Business enterprises, irrespective of their location, size, industry or form i.e., brick and mortar or virtual, all define their vision, goals and objectives that they aspire to achieve. To achieve these, business enterprises create and deliver value to their respective customers in the form of products, services or both.
To create, deliver and manage these products and services through their lifecycles, business enterprises require a set of resources and capabilities.
According to ITILv3, resources include financial resources, infrastructure, applications, information and number of people that a business enterprise needs to create and deliver the envisioned product and services. Business enterprises also require specific capabilities to ensure that acquired resources are deployed appropriately to create and deliver these products and services in a manner that makes each business enterprise unique with distinct set of products and/or services.
While resources are relatively easier to acquire and may be readily available, capabilities represent uniqueness and may be hard to acquire. Capabilities, accordingly to ITILv3, includes management of a business enterprise (including leadership), its organization, processes that it follows to create and deliver those unique products and/or services, knowledge that it creates and requires to make informed decisions and unique people with distinctive skills and competencies. Capabilities enable business enterprises to make use of available and acquired resources in a way that leads to the creation of exclusive products and services. Departure of key capabilities may have tremendous impact on the ability of business enterprises to continue to operate in ways that created those distinguishing set of products and services to begin with. For instance, when Steve Jobs passed away, we saw a direct impact on Apple stock prices because on that day, Apple did lose a very specialized and unique capability without which Apple would not be able to produce as innovative products and services as it used to. Did it prove to be true? A discussion for another day.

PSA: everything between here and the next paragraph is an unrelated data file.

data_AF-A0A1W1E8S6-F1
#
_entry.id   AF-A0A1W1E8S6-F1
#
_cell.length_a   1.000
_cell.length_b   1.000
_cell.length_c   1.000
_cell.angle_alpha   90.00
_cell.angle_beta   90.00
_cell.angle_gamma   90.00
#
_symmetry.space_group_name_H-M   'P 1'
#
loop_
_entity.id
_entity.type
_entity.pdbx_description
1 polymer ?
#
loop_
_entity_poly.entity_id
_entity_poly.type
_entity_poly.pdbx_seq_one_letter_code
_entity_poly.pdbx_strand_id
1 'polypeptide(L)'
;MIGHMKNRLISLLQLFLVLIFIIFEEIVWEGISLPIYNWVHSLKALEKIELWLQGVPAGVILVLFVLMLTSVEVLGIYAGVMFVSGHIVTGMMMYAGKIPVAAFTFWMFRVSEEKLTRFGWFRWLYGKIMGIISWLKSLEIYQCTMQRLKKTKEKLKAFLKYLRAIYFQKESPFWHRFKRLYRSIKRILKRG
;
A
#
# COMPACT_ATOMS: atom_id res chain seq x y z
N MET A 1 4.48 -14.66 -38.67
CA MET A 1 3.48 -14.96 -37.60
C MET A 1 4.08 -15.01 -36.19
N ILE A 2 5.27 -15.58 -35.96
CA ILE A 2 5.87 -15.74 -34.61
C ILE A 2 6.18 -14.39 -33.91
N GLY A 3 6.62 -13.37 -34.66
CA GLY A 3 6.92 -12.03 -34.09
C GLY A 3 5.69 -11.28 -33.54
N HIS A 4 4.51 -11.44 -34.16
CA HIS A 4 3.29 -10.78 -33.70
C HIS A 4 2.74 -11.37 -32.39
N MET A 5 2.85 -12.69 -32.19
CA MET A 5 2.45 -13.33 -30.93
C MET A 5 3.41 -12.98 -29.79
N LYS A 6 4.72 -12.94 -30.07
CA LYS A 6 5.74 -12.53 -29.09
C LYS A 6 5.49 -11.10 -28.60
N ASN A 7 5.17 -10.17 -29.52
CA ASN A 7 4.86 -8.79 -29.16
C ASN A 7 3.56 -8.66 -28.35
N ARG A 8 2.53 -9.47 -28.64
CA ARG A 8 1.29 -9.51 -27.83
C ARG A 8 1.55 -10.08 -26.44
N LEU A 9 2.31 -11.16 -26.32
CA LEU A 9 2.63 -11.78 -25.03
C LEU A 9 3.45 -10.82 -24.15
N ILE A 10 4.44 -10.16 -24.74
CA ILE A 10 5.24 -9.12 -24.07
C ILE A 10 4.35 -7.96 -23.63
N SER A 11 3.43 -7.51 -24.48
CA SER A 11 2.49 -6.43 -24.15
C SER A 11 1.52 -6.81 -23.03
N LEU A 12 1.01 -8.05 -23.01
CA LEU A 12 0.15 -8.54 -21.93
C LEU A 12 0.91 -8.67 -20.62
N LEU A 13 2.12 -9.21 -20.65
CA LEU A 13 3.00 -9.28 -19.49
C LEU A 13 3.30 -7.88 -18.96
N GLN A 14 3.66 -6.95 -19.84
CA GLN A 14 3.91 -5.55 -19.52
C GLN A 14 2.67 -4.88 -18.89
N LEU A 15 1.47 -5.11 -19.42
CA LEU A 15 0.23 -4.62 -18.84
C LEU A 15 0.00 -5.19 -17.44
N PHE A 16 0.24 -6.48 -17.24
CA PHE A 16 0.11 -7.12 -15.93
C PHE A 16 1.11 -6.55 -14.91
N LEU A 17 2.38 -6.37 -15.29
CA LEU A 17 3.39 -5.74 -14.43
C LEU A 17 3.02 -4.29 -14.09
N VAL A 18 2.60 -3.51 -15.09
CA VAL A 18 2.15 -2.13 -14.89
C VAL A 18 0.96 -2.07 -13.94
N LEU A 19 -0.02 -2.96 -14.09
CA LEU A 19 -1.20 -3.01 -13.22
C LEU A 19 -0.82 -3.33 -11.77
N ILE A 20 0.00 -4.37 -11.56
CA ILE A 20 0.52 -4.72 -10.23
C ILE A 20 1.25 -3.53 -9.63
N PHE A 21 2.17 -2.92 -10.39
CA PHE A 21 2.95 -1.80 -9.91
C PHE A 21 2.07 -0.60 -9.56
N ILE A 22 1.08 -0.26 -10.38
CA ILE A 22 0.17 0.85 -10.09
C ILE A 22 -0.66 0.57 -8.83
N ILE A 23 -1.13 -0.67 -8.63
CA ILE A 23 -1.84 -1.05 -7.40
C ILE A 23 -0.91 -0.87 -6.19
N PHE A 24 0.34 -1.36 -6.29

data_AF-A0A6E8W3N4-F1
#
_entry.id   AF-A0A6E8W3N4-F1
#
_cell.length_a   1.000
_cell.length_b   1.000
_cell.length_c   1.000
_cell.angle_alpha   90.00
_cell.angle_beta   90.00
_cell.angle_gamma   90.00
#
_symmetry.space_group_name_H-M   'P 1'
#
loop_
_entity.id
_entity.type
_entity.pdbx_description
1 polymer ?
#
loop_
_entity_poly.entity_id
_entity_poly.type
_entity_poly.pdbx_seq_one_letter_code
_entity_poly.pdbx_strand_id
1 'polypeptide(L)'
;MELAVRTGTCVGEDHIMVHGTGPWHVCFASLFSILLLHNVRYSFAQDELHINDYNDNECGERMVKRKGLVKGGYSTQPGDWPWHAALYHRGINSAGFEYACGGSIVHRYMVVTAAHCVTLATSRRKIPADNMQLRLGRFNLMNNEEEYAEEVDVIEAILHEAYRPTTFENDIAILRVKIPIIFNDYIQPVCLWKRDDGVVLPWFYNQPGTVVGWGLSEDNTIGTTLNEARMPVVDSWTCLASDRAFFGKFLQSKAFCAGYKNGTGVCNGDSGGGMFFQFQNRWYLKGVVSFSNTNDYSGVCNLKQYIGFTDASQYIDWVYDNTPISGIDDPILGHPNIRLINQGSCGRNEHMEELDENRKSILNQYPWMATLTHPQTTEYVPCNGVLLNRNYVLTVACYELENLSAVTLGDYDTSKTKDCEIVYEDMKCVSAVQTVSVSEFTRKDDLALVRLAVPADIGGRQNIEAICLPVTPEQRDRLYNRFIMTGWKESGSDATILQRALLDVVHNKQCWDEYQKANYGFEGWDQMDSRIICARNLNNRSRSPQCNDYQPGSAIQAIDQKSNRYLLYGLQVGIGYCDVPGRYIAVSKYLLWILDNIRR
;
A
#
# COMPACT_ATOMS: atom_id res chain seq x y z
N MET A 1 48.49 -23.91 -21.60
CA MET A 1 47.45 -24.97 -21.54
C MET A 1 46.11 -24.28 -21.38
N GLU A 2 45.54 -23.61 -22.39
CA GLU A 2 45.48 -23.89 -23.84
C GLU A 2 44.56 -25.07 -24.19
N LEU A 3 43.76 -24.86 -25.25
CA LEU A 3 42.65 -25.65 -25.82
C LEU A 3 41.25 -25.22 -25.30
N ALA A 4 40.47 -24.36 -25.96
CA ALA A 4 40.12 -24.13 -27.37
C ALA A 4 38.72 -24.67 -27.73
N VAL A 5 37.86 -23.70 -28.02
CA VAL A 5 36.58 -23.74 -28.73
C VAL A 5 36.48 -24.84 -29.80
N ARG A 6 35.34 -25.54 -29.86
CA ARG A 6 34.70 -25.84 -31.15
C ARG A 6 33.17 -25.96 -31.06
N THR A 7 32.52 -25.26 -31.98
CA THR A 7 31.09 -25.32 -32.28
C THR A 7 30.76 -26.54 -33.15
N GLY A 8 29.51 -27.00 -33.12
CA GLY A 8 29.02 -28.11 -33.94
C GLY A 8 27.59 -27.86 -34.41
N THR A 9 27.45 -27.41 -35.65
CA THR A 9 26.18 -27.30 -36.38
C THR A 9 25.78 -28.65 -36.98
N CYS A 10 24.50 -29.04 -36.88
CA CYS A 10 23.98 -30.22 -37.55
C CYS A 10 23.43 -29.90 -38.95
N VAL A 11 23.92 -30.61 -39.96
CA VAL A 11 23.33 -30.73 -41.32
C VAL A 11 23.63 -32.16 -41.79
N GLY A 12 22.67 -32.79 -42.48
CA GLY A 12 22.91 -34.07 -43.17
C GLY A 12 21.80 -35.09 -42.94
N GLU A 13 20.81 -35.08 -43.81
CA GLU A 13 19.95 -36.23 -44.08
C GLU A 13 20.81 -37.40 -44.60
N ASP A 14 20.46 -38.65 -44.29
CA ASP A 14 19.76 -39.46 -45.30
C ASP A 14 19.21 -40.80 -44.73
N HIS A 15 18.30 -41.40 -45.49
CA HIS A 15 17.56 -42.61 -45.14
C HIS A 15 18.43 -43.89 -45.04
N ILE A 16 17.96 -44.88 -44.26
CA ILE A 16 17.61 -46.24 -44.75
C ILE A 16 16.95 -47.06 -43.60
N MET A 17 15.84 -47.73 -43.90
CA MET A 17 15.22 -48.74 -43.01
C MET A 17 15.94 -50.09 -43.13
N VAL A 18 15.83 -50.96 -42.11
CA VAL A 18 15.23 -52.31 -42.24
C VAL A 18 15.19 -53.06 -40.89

Business enterprises need to define what specific resources and capabilities they will need to ensure that they are able to create and deliver their products and/or services and generate the desired value for their customers. Operating models or, commonly known as, Target Operating Models (TOMs) enable business enterprises to define what specific resources and capabilities the business enterprise will need and how it will need operate in future with these resources and capabilities such that each business enterprise is able to realize it’s defined vision, goals and objectives through creation and delivery of unique products and/or services in manners that generates expected value for its customers.
Defining and implementing these Target Operating Models requires a disciplined approach and pragmatic application of some of the industry best practices and frameworks including TOGAF, ITILv3, COBIT, PMBOK, SOA, SCRUM, RUP, SAFe and other. During this blog series, we will learn about these and other related topics.